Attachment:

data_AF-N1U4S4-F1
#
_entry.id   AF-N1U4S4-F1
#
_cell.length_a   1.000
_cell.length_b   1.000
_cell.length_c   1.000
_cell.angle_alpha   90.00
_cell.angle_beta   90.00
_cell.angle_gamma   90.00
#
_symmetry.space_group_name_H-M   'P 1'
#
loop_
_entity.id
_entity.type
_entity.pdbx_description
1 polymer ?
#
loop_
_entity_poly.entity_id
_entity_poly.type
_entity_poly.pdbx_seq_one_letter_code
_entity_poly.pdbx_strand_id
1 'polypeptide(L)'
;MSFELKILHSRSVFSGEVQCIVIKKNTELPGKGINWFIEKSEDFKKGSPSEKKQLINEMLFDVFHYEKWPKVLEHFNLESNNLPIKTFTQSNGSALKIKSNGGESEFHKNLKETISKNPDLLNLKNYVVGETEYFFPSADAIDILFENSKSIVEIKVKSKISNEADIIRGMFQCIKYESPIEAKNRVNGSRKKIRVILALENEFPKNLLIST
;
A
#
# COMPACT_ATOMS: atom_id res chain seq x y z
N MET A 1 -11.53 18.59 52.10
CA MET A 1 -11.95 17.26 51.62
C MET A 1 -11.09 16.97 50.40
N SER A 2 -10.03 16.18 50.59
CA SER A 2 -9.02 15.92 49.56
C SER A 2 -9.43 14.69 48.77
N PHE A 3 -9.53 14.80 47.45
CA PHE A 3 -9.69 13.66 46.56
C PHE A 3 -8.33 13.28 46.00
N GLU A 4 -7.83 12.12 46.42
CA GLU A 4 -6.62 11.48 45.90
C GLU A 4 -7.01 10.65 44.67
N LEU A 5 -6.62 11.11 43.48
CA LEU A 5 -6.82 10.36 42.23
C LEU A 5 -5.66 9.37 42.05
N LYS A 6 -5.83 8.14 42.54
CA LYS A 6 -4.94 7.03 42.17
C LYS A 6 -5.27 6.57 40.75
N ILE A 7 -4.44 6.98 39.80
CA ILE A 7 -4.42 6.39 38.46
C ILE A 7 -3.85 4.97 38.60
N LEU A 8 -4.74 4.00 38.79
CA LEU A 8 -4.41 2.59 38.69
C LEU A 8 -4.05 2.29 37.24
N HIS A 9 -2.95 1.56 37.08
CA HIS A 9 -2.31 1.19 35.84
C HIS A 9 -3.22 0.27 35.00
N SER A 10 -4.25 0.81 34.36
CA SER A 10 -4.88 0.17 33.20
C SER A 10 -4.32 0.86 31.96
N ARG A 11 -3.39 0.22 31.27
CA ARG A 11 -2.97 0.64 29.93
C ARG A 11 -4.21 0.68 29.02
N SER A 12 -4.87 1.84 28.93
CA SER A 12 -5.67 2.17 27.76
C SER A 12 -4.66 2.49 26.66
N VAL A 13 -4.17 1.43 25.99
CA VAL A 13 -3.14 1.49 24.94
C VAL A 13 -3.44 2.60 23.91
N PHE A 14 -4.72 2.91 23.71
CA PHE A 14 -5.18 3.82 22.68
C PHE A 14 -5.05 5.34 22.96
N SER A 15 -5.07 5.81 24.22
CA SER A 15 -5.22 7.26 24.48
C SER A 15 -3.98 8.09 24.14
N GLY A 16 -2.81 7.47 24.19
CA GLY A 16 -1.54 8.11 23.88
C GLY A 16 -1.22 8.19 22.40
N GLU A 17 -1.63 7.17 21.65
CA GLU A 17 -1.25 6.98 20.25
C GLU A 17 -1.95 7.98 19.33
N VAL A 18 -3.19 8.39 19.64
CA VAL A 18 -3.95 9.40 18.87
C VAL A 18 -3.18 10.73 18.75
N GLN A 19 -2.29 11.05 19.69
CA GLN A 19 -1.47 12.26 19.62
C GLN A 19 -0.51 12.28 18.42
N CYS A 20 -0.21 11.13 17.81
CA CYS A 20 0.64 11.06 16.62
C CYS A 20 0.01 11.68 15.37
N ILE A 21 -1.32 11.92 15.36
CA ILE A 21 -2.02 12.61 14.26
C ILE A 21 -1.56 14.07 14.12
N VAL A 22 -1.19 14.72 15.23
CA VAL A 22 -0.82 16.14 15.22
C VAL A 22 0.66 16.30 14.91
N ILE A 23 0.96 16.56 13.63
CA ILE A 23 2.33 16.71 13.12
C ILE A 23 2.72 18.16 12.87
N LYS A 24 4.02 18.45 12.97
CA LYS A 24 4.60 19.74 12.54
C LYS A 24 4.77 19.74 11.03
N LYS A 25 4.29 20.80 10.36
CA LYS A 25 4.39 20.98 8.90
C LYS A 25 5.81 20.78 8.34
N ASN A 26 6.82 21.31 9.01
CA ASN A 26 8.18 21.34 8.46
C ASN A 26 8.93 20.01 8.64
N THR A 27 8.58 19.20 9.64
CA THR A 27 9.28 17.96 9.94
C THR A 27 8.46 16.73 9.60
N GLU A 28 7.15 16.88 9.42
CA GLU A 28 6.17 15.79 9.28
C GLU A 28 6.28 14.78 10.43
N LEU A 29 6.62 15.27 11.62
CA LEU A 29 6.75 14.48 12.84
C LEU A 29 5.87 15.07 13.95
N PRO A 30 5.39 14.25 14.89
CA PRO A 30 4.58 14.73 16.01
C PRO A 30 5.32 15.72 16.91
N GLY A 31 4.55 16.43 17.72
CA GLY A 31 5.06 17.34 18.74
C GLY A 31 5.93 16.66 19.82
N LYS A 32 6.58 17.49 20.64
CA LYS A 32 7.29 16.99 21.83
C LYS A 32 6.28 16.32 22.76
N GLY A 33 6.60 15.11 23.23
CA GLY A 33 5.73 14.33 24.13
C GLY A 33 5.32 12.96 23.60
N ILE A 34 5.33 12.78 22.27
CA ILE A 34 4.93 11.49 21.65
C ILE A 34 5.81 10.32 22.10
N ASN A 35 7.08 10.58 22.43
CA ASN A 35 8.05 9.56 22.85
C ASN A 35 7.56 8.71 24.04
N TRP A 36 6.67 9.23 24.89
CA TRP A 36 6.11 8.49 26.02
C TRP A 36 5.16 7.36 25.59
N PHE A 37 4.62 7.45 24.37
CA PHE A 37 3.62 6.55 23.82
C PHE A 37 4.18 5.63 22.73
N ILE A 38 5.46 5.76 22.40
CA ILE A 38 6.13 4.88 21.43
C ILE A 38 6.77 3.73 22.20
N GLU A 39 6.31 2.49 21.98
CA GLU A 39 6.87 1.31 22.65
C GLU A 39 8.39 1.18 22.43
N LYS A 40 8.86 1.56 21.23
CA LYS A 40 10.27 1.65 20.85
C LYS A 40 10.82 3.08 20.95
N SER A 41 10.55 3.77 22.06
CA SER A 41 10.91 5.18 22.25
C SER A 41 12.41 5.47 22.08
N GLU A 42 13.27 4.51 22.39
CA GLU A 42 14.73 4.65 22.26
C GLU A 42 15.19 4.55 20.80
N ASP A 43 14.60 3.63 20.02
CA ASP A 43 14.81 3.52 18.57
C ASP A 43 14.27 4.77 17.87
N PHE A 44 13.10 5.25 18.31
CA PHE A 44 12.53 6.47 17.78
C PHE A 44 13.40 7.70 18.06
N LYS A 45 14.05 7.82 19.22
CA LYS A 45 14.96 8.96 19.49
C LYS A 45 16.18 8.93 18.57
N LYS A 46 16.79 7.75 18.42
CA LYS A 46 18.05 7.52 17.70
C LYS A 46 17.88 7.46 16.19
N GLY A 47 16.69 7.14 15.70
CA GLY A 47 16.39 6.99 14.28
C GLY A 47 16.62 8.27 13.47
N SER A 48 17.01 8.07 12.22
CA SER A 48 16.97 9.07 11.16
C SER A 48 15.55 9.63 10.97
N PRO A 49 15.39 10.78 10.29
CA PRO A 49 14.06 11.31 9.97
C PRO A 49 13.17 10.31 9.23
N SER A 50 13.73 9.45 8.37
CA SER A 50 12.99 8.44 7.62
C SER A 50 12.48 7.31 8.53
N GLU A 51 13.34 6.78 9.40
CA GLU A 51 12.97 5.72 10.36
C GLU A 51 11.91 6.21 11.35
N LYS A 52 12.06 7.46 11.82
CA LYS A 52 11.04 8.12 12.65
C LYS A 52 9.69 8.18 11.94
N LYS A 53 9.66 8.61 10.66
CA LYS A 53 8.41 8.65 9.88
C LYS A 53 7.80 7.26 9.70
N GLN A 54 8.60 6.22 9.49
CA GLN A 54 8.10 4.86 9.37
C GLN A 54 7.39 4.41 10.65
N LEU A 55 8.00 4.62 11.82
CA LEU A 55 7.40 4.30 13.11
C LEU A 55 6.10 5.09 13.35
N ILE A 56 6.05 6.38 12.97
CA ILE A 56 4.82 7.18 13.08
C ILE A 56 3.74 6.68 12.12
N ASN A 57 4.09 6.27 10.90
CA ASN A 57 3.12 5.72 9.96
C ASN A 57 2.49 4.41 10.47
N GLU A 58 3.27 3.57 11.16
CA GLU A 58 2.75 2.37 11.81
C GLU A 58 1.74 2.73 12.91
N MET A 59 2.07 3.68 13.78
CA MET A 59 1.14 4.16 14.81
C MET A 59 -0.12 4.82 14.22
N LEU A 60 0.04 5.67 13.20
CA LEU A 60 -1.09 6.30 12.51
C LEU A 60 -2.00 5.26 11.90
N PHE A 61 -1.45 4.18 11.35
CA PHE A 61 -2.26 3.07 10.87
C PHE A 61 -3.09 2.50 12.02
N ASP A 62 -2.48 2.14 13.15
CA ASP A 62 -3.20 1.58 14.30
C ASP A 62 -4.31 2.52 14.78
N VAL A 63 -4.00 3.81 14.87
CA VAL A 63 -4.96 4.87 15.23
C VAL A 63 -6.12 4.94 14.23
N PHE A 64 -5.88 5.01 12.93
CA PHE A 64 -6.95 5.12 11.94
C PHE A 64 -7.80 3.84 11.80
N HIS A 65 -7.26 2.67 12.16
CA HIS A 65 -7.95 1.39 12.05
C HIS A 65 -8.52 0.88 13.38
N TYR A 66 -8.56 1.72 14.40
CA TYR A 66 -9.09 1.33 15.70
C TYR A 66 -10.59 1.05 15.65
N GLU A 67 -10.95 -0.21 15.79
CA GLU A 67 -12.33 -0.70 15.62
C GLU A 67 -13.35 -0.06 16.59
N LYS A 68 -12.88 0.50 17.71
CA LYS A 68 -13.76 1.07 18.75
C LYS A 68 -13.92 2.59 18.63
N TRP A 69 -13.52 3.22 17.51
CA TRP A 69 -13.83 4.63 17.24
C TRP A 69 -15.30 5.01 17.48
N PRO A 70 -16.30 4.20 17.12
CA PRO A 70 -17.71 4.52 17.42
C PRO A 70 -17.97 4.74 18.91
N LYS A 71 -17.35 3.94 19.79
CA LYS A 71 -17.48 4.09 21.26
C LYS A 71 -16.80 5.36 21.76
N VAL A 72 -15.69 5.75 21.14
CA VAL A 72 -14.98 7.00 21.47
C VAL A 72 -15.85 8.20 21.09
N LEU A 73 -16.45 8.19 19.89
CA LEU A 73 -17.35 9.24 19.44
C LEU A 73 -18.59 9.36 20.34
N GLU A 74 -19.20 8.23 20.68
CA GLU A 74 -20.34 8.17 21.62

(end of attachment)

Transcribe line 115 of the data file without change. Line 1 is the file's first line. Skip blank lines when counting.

N LEU A 29 6.62 15.27 11.62